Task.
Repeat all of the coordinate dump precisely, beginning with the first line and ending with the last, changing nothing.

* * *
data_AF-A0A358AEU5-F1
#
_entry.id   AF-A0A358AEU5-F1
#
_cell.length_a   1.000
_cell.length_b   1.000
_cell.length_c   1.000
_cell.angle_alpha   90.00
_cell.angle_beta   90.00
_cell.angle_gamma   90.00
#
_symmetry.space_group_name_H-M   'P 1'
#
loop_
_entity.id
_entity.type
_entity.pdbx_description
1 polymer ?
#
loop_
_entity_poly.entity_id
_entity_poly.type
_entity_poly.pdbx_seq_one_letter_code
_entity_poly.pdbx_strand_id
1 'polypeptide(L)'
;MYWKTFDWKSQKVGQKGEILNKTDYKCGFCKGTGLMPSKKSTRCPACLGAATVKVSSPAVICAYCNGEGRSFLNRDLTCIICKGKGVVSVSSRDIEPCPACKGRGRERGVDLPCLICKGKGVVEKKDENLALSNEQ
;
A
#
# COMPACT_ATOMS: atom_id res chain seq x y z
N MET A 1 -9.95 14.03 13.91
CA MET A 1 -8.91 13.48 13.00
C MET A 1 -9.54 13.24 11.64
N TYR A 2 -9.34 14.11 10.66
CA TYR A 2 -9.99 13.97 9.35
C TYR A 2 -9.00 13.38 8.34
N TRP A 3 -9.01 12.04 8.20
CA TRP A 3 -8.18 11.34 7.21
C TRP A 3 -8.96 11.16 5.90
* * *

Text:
data_AF-A0A358AEU5-F1
#
_entry.id   AF-A0A358AEU5-F1
#
_cell.length_a   1.000
_cell.length_b   1.000
_cell.length_c   1.000
_cell.angle_alpha   90.00
_cell.angle_beta   90.00
_cell.angle_gamma   90.00
#
_symmetry.space_group_name_H-M   'P 1'
#
loop_
_entity.id
_entity.type
_entity.pdbx_description
1 polymer ?
#
loop_
_entity_poly.entity_id
_entity_poly.type
_entity_poly.pdbx_seq_one_letter_code
_entity_poly.pdbx_strand_id
1 'polypeptide(L)'
;MYWKTFDWKSQKVGQKGEILNKTDYKCGFCKGTGLMPSKKSTRCPACLGAATVKVSSPAVICAYCNGEGRSFLNRDLTCIICKGKGVVSVSSRDIEPCPACKGRGRERGVDLPCLICKGKGVVEKKDENLALSNEQ
;
A
#
# COMPACT_ATOMS: atom_id res chain seq x y z
N MET A 1 -9.95 14.03 13.91
CA MET A 1 -8.91 13.48 13.00
C MET A 1 -9.54 13.24 11.64
N TYR A 2 -9.34 14.11 10.66
CA TYR A 2 -9.99 13.97 9.35
C TYR A 2 -9.00 13.38 8.34
N TRP A 3 -9.01 12.04 8.20
CA TRP A 3 -8.18 11.34 7.21
C TRP A 3 -8.96 11.16 5.90